One of the hopes of nanoparticle technology is for drug delivery. And the field is having some success. A paper in Nature, published today for example has shown how siRNAs can be delivered directly to tumours using nanoparticles.
Eugene Zubarev from Rice University spoke at the ACS meeting this morning about some other successes in using nanoparticles, made from gold, for treating cancer. And it’s pretty neat stuff. Zubarev has been finding ways to make the well-used cancer drug paclitaxel, or more commonly known as taxol, more efficient, and less toxic.
He did this by attaching taxol to gold nanoparticles. Each nanoparticle had phenol groups, up to 100 of them, stuck to it, and these phenols could grab hold of the taxol molecules. This worked with 70% success so that each nanoparticle was carrying 70 taxol molecules.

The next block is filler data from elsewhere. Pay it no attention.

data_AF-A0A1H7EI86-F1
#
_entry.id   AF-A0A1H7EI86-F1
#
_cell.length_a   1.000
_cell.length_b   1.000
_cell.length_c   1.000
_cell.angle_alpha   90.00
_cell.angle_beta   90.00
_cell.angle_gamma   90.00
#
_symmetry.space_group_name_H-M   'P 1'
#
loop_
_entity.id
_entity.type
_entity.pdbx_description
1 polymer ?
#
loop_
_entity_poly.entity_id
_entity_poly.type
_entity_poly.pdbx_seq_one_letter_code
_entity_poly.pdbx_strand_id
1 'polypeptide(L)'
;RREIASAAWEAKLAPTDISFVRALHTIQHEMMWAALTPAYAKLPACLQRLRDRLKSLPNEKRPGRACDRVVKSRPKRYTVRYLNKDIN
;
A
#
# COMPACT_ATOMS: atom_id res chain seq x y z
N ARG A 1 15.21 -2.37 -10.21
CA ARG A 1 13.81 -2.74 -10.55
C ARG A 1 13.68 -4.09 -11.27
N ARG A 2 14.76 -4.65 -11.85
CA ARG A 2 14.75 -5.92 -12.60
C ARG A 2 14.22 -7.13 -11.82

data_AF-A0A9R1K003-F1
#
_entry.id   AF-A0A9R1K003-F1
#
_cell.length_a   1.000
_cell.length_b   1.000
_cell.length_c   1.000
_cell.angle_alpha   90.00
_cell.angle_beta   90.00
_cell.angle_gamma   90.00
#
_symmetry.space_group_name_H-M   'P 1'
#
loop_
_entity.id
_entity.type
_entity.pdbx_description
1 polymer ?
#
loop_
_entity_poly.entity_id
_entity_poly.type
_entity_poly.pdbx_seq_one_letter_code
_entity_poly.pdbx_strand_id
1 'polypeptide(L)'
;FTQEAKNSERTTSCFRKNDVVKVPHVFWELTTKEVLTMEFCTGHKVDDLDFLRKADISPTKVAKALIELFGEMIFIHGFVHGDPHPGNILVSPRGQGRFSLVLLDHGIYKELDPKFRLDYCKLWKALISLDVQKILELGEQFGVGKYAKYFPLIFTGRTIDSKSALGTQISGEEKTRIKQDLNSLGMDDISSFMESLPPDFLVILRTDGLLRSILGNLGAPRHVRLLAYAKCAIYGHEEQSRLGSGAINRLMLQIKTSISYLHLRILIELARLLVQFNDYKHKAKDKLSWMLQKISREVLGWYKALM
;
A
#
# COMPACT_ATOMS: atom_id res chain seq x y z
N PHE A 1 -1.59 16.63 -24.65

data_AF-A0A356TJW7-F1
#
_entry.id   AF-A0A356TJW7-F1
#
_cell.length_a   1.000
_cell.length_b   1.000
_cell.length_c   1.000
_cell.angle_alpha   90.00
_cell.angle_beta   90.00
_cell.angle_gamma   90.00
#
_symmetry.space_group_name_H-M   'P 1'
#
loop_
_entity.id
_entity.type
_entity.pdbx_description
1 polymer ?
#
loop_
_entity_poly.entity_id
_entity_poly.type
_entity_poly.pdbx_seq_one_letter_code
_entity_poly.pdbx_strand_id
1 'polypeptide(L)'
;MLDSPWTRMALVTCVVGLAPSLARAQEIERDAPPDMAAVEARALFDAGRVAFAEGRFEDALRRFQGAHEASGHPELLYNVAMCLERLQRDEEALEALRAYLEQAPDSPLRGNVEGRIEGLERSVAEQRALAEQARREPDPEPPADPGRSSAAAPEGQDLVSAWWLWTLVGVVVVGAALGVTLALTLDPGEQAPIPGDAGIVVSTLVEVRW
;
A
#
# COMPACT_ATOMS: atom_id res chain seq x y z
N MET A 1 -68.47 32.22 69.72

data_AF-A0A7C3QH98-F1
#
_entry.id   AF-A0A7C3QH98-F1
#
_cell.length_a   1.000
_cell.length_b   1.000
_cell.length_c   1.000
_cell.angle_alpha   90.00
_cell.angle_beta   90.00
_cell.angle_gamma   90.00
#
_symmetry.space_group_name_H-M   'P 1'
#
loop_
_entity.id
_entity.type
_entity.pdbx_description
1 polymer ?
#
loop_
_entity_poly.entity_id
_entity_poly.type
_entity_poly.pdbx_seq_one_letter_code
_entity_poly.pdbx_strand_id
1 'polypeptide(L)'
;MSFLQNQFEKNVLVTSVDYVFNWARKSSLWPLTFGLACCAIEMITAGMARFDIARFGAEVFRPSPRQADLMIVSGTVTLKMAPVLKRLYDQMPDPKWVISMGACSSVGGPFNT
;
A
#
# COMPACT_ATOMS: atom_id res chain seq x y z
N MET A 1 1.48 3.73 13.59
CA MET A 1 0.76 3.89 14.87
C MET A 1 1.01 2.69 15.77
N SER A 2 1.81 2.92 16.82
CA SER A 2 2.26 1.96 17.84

To make the taxol less toxic to healthy tissue, Zubarev included in the linking group between the nanoparticle and the drug a linker group, a hydrazone. In this linker there sits a chemical site that can be cut, severing the link between the nanoparticle and the drug. This linker cutting is a reaction called a hydrolysis, and proceeds best at pH 5 to 6. This is important because normal, healthy cells have pH of around 6.5, so wouldn’t help with this release of the taxol. Cancer cells, however, have a lower pH of around 5.
This means that the drug will be released much more efficiently in the cancer cells.
Zubarev has tested his delivery system on rats and shown that tumours being treated with his nanoparticle treatment shrink at least as quickly as those treated with taxol, and in many cases they shrink faster. The survival rates for these rats was higher in those treated with simply taxol.
Zubarev doesn’t’ have proof that this effect is because of better drug delivery to the infected tissue, but hopes that this is the cause.